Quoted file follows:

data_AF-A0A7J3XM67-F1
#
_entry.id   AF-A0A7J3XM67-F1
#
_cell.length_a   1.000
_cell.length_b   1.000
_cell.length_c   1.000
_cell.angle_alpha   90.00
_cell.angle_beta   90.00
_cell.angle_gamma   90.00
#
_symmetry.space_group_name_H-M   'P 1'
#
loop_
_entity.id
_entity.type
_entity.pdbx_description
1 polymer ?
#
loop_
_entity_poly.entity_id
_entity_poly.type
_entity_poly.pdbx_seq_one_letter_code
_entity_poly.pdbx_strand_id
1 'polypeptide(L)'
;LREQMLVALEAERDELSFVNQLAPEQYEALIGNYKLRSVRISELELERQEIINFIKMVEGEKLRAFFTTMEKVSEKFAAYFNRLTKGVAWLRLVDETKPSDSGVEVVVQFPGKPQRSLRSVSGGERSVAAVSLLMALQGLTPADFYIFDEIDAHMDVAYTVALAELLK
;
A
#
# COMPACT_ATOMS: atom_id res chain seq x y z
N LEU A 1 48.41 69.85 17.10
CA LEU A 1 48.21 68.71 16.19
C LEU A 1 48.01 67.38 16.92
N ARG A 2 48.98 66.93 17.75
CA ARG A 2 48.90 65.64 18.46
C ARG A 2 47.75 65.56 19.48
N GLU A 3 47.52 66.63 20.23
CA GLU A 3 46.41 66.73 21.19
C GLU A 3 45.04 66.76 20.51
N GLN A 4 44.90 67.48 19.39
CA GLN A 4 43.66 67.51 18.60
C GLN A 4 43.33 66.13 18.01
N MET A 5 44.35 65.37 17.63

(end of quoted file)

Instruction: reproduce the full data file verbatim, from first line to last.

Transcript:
data_AF-A0A7J3XM67-F1
#
_entry.id   AF-A0A7J3XM67-F1
#
_cell.length_a   1.000
_cell.length_b   1.000
_cell.length_c   1.000
_cell.angle_alpha   90.00
_cell.angle_beta   90.00
_cell.angle_gamma   90.00
#
_symmetry.space_group_name_H-M   'P 1'
#
loop_
_entity.id
_entity.type
_entity.pdbx_description
1 polymer ?
#
loop_
_entity_poly.entity_id
_entity_poly.type
_entity_poly.pdbx_seq_one_letter_code
_entity_poly.pdbx_strand_id
1 'polypeptide(L)'
;LREQMLVALEAERDELSFVNQLAPEQYEALIGNYKLRSVRISELELERQEIINFIKMVEGEKLRAFFTTMEKVSEKFAAYFNRLTKGVAWLRLVDETKPSDSGVEVVVQFPGKPQRSLRSVSGGERSVAAVSLLMALQGLTPADFYIFDEIDAHMDVAYTVALAELLK
;
A
#
# COMPACT_ATOMS: atom_id res chain seq x y z
N LEU A 1 48.41 69.85 17.10
CA LEU A 1 48.21 68.71 16.19
C LEU A 1 48.01 67.38 16.92
N ARG A 2 48.98 66.93 17.75
CA ARG A 2 48.90 65.64 18.46
C ARG A 2 47.75 65.56 19.48
N GLU A 3 47.52 66.63 20.23
CA GLU A 3 46.41 66.73 21.19
C GLU A 3 45.04 66.76 20.51
N GLN A 4 44.90 67.48 19.39
CA GLN A 4 43.66 67.51 18.60
C GLN A 4 43.33 66.13 18.01
N MET A 5 44.35 65.37 17.63